At Express Yourself Therapy all of our therapists are DIR trained and take a play-based approach. Research has proven that children learn the best through play.

*Play is so powerful it can be used as an intervention to close achievement gaps for children between the ages of 3 to 6 (Parker & Thomsen, 2019)*

Play is Language Rich:

  • Through play children begin to apply language and learn higher level language and cognitive skills such as perspective taking, problem solving, imagining, story telling, predicting, inferring and other skills with other humans
  • Children demonstrate their most advanced language skills during play, and that these language skills are strongly related to emergent literacy
  • Developmentally appropriate play is a singular opportunity to promote the social-emotional, cognitive, language, and self-regulation skills that build executive function and a prosocial brain that is ready for academic learning

Promotes Reading Comprehension

  • Building a strong imagination through pretending helps children imagine the setting, characters, and events in the literature they encounter
  • In pretend play, children learn to classify, compare, and reason, which are all semantic organizational skills

  • Reading comprehension requires the ability to recognize the emotions of characters and make inferences about characters’ thoughts, emotions, intentions, and actions which is tied to Theory of Mind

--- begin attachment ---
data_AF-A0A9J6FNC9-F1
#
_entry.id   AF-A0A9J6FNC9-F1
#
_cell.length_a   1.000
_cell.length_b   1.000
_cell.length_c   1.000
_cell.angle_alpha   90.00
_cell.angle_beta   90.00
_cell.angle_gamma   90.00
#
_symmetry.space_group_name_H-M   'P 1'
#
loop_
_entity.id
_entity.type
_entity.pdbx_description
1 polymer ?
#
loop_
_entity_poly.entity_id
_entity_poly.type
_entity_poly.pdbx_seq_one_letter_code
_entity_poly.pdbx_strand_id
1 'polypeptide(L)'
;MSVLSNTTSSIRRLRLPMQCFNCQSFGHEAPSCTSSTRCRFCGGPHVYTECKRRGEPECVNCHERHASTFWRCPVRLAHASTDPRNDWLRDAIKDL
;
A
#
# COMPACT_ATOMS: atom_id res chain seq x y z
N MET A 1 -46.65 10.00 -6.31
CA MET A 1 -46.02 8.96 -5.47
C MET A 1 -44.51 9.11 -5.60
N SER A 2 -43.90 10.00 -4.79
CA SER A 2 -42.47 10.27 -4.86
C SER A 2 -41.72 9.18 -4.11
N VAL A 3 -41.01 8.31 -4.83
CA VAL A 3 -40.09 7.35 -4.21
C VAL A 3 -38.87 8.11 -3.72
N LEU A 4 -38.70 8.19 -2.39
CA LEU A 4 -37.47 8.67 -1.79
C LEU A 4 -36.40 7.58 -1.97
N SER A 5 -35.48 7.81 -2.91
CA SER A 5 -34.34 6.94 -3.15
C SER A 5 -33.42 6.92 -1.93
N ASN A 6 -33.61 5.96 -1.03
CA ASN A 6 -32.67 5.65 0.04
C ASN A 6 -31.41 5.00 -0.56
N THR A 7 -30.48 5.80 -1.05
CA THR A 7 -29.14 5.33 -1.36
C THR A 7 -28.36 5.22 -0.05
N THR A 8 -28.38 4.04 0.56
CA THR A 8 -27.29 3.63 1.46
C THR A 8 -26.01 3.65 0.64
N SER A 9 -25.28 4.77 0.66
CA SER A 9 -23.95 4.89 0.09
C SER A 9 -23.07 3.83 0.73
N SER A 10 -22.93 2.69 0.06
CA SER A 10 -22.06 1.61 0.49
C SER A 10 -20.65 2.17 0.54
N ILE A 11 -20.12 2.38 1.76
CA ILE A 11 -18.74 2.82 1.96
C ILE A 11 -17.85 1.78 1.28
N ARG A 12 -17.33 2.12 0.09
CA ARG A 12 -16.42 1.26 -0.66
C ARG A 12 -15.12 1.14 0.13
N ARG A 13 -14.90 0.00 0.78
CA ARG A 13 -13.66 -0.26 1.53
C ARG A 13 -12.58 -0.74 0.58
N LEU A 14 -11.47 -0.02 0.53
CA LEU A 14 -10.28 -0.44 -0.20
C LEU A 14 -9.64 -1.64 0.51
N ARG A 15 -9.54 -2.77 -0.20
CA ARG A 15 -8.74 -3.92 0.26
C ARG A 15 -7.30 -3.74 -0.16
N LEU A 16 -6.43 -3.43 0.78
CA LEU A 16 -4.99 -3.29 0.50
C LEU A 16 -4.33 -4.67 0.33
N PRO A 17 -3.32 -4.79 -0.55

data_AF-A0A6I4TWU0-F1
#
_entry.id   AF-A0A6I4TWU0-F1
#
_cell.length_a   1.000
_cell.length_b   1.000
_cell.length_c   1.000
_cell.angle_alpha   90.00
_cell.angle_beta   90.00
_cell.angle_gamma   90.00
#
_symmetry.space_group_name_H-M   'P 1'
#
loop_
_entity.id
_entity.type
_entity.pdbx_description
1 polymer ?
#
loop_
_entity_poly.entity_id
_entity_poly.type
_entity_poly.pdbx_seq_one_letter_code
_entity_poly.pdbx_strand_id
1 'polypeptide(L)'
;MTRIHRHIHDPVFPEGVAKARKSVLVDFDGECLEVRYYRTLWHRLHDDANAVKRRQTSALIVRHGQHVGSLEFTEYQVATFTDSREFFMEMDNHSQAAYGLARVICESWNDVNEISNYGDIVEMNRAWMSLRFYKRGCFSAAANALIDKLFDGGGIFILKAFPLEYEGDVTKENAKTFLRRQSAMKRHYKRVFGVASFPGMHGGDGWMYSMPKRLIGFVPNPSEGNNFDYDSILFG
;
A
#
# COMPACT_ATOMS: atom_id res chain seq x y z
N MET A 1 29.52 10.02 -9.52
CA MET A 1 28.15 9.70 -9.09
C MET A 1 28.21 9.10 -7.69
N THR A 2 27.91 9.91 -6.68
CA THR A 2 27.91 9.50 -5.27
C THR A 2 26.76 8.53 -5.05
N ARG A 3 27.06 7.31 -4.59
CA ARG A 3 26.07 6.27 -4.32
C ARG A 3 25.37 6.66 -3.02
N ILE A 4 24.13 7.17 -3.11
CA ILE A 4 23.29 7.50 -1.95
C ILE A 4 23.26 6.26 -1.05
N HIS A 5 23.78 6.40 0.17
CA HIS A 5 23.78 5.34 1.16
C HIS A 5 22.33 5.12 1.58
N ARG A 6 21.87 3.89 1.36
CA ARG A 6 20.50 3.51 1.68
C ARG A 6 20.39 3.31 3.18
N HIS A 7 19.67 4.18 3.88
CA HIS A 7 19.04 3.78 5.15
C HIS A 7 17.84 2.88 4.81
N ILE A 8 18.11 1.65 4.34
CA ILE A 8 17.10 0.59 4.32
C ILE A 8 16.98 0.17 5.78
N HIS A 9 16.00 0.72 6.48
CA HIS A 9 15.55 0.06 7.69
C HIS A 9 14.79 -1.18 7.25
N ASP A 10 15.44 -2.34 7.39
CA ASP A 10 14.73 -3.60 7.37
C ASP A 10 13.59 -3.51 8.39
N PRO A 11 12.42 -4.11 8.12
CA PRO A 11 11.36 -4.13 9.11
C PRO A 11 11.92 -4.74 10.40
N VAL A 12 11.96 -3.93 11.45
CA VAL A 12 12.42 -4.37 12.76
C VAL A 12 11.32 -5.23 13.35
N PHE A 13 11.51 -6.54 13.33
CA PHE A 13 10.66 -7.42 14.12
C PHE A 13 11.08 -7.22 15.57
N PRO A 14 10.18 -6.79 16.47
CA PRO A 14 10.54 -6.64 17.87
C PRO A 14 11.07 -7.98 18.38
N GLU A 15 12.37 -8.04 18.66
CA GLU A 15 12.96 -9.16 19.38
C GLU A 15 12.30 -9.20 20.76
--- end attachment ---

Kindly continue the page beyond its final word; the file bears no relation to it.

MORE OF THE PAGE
Increases Perspective Taking/Theory of Mind

  • Theory of Mind involves understanding another’s intentions, beliefs, actions
  • The foundation for Theory of Mind is built through pretending and engaging with other humans.
  • Pretend play requires the ability to think about a “different self” as well as an awareness of the thoughts and emotions of others

Improves Executive Function Skills:

What is executive function skills? Executive Function has three components:

  1. Cognitive Flexibility (Problem Solving and Perspective Taking): thinking about something in multiple ways
  2. Working Memory (multi-tasking): keeping information in mind and manipulating it in some way.
  3. Inhibitory Control: deliberately suppressing attention (and subsequent response) to something such as ignoring a distraction, stopping an impulsive utterance or action, or overcoming a highly learned response
  • Higher-order thinking skills and executive functions essential for school success are best taught through unstructured and social play
  • Through play children gain background knowledge and experience and grow in their development of problem solving, memory & creativity

*Children are NOT born with these skills, they are born with the potential to develop them*

Play and Decontextualization

Decontextualization is talking, thinking, reading about, and imagining things outside of the here and now

  • Preschool children’s use of decontextualized language is predictive of their kindergarten readiness

Research Behind Play:

  • Children who play in decontextualized ways in preschool had more elaborate and descriptive vocabulary and more complex syntax in elementary school (Nicolpoulou, 2007; Rand, 2021; Stagnetti & Lewis, 2015)
  • At birth, a child’s brain already has nearly all the neurons it will ever have but it triples in size over the course of the first three years in response to what we learn from our interaction with other people, our environment, and physical interaction with items and objects (Gilmore et al., 2007; Nowakowski, R., 2006; Rakic, P., 2006)
  • Play and learning are inextricably intertwined; when children play, they are learning. Children who engage in play and playful learning do better in academic subjects than do their peers who play less (Hirsh-Pasek, Michnick, & Golinkoff, 2008).
  • Play supports skills such as problem solving, perspective taking, creative thinking, planning, organizing, using language, and overall academic success (Berk 2002)